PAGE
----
How to Deal With “Indecision” Candlestick Patterns

by Justin Bennett  · 

June 30, 2017

by Justin Bennett  · 

June 30, 2017

by Justin Bennett  · 

June 30, 2017

Forex indecision candlesticks

Happy Friday!

This week’s question comes from Rahat, who asks:

What about indecision candlestick patterns that occur at support or resistance? Do you recommend using them?

This might surprise you, but I do in fact use indecision candlestick patterns such as dojis. But what may not be so surprising is how I use them.

As the name implies, an indecision candlestick is one with no directional bias. In other words, it doesn’t hint at the market’s likely path forward in the way a bullish or bearish pin bar does.

These formations usually occur during consolidation, but they can also form at support or resistance. They’re a sign that neither buyers nor sellers won the battle for that particular period.

So how do I deal with these candlesticks?

Well, the short answer is that I do nothing. But there’s more to it than that.

In fact, the question above touches on something that’s paramount to your success as a Forex trader. That something is your ability to identify and stay away from indecisive price action. 

Moreover, it’s about finding and taking advantage of quality trade ideas and leaving the rest for someone else to deal with.

But as you’ve probably already discovered, that’s easier said than done.

The good news is that the tips I’ve put together in today’s post will help you recognize what to pursue and what to stay away from. In essence, I’m going to share what it takes to find the best quality trade setups in the least amount of time.

As always, please leave your question or comment at the bottom of this post.

Let’s get started!

If You Have to Ask...

A basic rule I use when considering a possible setup is that if I have to ask if it’s worth the risk, it probably isn’t.

For instance, if the EURUSD just retested support and formed a relatively small bullish pin bar, you might find yourself wondering if you should take the trade. The pin bar has piqued your interest, but its smallish size has you questioning its viability.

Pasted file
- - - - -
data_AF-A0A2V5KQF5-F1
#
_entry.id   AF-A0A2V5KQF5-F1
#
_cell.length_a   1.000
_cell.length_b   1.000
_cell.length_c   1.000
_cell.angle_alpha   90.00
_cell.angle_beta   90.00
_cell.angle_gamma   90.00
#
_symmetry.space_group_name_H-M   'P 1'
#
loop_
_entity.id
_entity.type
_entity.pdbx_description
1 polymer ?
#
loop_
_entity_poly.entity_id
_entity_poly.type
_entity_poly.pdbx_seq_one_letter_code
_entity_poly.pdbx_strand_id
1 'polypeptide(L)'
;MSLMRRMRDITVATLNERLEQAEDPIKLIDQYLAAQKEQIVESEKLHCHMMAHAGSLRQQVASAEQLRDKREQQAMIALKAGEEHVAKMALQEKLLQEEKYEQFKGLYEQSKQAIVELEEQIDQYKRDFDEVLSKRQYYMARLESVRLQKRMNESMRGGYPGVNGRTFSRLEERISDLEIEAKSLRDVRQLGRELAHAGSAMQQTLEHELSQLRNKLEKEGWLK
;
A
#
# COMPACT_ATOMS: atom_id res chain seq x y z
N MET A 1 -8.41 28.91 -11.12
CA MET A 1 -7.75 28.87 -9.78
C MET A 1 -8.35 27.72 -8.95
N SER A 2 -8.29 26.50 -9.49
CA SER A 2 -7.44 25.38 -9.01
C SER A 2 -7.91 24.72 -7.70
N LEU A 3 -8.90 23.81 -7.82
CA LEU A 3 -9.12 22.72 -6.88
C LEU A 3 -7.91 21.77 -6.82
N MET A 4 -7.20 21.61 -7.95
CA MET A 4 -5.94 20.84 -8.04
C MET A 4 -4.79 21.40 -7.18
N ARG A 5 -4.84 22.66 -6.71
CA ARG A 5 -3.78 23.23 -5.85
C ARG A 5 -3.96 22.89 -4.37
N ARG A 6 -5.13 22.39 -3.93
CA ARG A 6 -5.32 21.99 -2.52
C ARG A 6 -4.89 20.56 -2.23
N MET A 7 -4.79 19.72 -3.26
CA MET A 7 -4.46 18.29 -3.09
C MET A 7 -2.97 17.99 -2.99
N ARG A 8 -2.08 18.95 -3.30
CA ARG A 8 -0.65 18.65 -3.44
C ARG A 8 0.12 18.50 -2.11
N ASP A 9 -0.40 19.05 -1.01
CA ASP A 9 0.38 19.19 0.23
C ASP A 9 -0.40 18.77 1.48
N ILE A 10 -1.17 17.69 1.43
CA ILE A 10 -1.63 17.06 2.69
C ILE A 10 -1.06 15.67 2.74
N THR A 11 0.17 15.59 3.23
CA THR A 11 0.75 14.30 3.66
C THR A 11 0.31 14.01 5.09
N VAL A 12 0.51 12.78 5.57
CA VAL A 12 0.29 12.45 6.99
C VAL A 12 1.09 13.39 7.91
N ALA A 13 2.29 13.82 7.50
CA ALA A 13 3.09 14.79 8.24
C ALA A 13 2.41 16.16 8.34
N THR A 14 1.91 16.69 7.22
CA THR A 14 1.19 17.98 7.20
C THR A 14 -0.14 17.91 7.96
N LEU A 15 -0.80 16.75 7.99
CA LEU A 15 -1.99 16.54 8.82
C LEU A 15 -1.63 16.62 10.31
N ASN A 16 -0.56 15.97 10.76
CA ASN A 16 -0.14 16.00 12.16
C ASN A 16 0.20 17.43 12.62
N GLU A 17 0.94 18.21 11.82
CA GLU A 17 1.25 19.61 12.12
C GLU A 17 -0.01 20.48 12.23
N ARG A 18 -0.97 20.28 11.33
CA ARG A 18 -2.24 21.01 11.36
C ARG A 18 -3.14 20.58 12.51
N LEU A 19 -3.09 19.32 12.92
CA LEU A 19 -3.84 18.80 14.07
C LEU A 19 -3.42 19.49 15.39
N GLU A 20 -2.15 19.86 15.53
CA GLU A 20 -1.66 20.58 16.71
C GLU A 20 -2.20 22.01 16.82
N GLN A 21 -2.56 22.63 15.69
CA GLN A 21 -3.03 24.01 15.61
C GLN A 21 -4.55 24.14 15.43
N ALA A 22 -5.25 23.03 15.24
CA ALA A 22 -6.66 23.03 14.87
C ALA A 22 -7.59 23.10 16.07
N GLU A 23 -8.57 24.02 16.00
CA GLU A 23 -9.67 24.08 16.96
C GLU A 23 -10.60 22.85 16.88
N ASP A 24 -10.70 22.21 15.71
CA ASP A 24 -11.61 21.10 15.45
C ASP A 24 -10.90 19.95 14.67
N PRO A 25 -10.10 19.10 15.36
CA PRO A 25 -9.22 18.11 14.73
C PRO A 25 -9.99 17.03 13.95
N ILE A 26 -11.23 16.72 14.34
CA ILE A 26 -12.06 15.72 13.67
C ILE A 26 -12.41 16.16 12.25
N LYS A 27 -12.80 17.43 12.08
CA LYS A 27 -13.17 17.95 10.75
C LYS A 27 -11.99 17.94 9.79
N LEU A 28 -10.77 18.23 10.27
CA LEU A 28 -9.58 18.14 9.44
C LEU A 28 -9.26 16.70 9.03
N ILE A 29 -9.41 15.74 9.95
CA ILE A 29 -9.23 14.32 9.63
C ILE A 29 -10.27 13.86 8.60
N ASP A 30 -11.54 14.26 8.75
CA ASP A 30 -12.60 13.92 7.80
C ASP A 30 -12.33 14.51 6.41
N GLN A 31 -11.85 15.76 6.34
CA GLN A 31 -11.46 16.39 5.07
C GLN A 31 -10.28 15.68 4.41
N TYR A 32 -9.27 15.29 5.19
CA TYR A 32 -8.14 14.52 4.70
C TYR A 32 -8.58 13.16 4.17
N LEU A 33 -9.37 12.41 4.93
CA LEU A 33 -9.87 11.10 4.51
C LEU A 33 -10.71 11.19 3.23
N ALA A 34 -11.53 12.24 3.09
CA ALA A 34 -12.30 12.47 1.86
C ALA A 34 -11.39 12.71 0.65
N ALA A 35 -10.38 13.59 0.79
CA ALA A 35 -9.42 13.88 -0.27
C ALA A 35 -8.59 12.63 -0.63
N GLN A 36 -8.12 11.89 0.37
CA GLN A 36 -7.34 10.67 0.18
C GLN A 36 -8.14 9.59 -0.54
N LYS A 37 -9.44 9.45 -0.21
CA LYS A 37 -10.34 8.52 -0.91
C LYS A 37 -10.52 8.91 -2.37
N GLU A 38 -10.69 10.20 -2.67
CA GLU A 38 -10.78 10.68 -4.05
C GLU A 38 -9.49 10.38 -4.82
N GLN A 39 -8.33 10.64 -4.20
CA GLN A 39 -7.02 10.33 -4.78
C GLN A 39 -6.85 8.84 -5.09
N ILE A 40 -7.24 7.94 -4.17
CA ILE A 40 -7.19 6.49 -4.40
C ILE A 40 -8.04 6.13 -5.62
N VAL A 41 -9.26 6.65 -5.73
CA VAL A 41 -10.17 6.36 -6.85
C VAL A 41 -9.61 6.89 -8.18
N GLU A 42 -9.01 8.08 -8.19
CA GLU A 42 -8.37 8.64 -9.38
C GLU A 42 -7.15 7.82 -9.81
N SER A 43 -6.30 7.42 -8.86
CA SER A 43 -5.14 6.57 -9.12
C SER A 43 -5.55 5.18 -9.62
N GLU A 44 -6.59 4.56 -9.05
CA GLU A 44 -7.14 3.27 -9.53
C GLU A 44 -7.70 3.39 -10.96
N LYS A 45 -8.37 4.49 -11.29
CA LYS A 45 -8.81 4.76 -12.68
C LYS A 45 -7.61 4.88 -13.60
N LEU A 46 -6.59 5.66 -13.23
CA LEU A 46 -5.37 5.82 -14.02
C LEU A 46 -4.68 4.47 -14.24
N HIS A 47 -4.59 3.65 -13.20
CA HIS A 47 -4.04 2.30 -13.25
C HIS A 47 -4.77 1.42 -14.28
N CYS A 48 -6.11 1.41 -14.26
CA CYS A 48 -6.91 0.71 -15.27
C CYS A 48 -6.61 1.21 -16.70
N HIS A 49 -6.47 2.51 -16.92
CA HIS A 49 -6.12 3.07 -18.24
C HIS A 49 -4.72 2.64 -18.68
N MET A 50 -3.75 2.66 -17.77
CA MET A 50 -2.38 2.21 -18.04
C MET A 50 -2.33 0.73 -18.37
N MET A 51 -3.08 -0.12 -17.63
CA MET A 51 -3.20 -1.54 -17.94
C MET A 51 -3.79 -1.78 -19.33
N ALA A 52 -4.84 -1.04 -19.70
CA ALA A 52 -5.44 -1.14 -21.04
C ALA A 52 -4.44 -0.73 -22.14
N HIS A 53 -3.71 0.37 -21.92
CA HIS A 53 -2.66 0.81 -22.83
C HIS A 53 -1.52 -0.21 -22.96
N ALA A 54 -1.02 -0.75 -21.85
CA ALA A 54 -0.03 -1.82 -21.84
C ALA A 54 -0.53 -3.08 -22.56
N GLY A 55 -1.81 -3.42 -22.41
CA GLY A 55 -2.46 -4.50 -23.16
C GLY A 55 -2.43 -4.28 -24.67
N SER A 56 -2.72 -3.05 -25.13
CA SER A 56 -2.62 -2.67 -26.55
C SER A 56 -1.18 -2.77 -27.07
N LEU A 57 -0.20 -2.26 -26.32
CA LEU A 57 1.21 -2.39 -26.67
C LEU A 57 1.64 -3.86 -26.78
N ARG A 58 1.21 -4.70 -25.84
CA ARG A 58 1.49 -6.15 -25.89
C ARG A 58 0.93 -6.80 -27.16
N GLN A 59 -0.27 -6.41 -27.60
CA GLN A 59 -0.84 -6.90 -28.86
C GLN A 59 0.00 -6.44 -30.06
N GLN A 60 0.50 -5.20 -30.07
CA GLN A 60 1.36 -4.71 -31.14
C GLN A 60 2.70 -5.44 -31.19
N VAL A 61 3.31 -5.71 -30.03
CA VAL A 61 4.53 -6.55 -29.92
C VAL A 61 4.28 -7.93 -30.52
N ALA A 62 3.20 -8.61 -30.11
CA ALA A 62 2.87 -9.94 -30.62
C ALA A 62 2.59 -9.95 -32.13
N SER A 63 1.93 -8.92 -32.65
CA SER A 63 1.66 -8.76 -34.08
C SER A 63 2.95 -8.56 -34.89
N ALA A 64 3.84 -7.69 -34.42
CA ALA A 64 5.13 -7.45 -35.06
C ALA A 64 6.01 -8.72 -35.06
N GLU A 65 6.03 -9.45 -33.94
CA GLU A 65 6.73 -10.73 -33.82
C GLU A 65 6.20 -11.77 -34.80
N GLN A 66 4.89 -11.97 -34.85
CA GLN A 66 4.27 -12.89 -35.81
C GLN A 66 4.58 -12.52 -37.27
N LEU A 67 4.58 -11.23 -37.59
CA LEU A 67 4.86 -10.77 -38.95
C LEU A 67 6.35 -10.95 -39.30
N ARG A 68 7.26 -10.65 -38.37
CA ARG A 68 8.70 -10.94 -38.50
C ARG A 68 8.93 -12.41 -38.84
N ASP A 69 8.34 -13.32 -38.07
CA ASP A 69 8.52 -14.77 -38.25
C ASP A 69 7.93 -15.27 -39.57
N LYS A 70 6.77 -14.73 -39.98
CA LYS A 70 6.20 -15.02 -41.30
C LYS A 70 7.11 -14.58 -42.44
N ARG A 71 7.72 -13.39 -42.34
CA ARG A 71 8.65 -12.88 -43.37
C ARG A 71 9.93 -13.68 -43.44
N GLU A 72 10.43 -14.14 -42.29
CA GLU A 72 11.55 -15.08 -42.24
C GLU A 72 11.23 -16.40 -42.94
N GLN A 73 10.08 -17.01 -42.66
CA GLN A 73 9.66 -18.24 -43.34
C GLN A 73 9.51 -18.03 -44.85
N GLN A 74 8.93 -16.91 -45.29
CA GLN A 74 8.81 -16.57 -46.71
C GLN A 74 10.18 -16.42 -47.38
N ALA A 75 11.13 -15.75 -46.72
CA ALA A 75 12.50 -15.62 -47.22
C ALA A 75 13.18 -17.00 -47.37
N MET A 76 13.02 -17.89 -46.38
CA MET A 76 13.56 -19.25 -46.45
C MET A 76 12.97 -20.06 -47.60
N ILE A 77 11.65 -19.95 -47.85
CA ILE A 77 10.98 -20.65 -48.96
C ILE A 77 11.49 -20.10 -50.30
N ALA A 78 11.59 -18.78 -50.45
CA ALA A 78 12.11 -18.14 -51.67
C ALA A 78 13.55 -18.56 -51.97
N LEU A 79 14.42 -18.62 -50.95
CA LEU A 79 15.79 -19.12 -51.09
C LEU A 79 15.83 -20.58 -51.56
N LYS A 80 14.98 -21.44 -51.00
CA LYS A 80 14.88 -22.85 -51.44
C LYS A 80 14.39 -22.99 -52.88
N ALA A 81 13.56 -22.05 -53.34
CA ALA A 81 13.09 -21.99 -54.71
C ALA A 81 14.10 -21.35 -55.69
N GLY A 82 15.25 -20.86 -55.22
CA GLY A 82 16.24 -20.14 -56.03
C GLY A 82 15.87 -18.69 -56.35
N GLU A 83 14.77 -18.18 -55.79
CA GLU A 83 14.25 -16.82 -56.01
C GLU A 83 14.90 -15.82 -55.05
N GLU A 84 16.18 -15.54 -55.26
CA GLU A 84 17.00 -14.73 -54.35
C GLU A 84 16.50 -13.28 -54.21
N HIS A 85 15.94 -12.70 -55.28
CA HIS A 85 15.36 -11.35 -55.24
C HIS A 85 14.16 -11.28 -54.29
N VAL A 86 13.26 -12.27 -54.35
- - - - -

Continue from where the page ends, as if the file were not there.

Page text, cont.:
That second observation should be enough to dissuade you from taking the trade. If it were a setup of the highest quality and thus begging for you to trade it, you shouldn’t have to question its viability.

Indecision candlesticks such as a doji are the epitome of indecisive price action. They don’t offer insight into whether buyers or sellers are in control, which leaves you guessing at the market’s next move.

In these cases, it’s usually best to stay on the sideline. At least that’s how I approach indecisive price action.

But before we go too far, let me illustrate what indecision looks like in the Forex market.

Indecision candlesticks

As you can see in the chart above, the EURUSD carved several days worth of indecision candlesticks. Notice how the highlighted area above is full of small-bodied candlesticks that have relatively long wicks in both directions.

Any time you see price action like this, it’s a sign of indecision. It’s also usually a good idea to stay away, at least until the market can break from consolidation.

Also, note the difference between the bullish and bearish formations and the period of indecision.

The bottom line is that you have to let trade setups come to you. The best ones will always jump off the chart right away. You won’t have to question their validity, and they should always offer clues as to the market’s likely path forward.

In other words, you’ll know what to do right away. Of course, there’s a learning curve for those just starting out, but the most profitable candlestick patterns are the ones that stand out from the surrounding price action.

So How Will You 'Know'?

Luckily, there are things you can do that will help you stay patient and only take the very best setups. To clarify, that means staying away from indecision candlesticks and only committing capital to the signals that have a directional bias.

Here are a few pointers that have helped me over the years…

1. Use the daily time frame only

At least once a day I get an email from someone who took the free pin bar course and wants to know if it works on the 30-minute or 1-hour charts.

My response is always the same…